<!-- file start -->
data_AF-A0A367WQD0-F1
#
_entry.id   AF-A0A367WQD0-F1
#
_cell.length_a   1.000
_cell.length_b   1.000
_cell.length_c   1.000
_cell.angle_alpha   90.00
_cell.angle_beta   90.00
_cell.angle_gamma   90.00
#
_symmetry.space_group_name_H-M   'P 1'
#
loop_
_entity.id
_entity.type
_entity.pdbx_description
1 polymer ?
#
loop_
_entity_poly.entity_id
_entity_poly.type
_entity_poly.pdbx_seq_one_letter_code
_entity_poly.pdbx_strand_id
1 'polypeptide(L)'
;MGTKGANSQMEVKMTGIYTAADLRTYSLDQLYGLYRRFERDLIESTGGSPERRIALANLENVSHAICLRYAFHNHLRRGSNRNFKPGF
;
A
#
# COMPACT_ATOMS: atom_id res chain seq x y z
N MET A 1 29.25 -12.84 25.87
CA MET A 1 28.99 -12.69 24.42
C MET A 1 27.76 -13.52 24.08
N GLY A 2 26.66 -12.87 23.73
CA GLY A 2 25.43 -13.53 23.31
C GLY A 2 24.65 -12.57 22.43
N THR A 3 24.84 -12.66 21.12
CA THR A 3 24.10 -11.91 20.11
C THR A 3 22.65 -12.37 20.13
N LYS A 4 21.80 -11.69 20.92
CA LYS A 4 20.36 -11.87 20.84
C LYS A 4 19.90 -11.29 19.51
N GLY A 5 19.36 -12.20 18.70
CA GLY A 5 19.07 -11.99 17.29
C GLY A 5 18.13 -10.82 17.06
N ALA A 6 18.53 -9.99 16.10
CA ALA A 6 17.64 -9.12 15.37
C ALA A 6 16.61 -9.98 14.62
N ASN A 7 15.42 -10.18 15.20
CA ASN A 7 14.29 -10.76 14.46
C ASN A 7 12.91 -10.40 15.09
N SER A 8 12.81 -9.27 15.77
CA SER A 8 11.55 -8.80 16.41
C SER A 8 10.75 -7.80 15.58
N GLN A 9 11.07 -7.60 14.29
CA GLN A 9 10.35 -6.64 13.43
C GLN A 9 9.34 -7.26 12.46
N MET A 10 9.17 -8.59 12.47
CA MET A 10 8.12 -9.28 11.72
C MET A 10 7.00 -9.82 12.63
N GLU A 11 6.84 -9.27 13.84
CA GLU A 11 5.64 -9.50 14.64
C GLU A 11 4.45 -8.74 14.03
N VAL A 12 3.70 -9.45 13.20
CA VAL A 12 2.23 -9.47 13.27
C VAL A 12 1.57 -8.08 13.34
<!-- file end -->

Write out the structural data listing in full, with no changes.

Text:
data_AF-A0A367WQD0-F1
#
_entry.id   AF-A0A367WQD0-F1
#
_cell.length_a   1.000
_cell.length_b   1.000
_cell.length_c   1.000
_cell.angle_alpha   90.00
_cell.angle_beta   90.00
_cell.angle_gamma   90.00
#
_symmetry.space_group_name_H-M   'P 1'
#
loop_
_entity.id
_entity.type
_entity.pdbx_description
1 polymer ?
#
loop_
_entity_poly.entity_id
_entity_poly.type
_entity_poly.pdbx_seq_one_letter_code
_entity_poly.pdbx_strand_id
1 'polypeptide(L)'
;MGTKGANSQMEVKMTGIYTAADLRTYSLDQLYGLYRRFERDLIESTGGSPERRIALANLENVSHAICLRYAFHNHLRRGSNRNFKPGF
;
A
#
# COMPACT_ATOMS: atom_id res chain seq x y z
N MET A 1 29.25 -12.84 25.87
CA MET A 1 28.99 -12.69 24.42
C MET A 1 27.76 -13.52 24.08
N GLY A 2 26.66 -12.87 23.73
CA GLY A 2 25.43 -13.53 23.31
C GLY A 2 24.65 -12.57 22.43
N THR A 3 24.84 -12.66 21.12
CA THR A 3 24.10 -11.91 20.11
C THR A 3 22.65 -12.37 20.13
N LYS A 4 21.80 -11.69 20.92
CA LYS A 4 20.36 -11.87 20.84
C LYS A 4 19.90 -11.29 19.51
N GLY A 5 19.36 -12.20 18.70
CA GLY A 5 19.07 -11.99 17.29
C GLY A 5 18.13 -10.82 17.06
N ALA A 6 18.53 -9.99 16.10
CA ALA A 6 17.64 -9.12 15.37
C ALA A 6 16.61 -9.98 14.62
N ASN A 7 15.42 -10.18 15.20
CA ASN A 7 14.29 -10.76 14.46
C ASN A 7 12.91 -10.40 15.09
N SER A 8 12.81 -9.27 15.77
CA SER A 8 11.55 -8.80 16.41
C SER A 8 10.75 -7.80 15.58
N GLN A 9 11.07 -7.60 14.29
CA GLN A 9 10.35 -6.64 13.43
C GLN A 9 9.34 -7.26 12.46
N MET A 10 9.17 -8.59 12.47
CA MET A 10 8.12 -9.28 11.72
C MET A 10 7.00 -9.82 12.63
N GLU A 11 6.84 -9.27 13.84
CA GLU A 11 5.64 -9.50 14.64
C GLU A 11 4.45 -8.74 14.03
N VAL A 12 3.70 -9.45 13.20
CA VAL A 12 2.23 -9.47 13.27
C VAL A 12 1.57 -8.08 13.34